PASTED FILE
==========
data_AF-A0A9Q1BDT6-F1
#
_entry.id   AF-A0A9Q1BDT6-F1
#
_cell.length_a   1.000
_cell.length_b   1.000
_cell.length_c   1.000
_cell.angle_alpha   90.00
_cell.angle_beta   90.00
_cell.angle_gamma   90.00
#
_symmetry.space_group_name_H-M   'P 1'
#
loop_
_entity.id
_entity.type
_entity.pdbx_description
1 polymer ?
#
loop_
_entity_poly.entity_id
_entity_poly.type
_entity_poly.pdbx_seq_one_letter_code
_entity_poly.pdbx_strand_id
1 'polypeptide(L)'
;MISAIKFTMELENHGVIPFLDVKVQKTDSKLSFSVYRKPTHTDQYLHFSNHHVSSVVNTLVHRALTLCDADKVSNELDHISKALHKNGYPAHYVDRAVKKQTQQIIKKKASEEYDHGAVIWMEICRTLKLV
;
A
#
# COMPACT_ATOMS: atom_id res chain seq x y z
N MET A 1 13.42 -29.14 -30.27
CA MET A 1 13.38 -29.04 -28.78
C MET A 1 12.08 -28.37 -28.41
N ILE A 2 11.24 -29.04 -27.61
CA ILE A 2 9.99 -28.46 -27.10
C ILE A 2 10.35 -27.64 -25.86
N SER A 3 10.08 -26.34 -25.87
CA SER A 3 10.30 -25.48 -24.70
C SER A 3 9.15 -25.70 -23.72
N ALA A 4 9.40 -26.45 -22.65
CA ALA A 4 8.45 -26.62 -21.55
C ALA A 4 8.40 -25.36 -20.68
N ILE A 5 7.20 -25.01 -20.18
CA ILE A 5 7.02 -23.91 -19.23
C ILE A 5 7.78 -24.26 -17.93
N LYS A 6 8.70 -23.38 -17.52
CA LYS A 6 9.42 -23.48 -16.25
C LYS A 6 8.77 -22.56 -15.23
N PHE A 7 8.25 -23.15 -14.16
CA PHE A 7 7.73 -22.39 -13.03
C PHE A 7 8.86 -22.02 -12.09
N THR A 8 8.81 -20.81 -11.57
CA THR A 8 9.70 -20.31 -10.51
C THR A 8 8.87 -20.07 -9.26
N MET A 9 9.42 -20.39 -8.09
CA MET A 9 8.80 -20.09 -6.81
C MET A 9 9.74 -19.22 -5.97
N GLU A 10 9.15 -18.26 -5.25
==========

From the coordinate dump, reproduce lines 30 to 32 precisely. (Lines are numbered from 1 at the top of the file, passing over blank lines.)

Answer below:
# COMPACT_ATOMS: atom_id res chain seq x y z
N MET A 1 13.42 -29.14 -30.27
CA MET A 1 13.38 -29.04 -28.78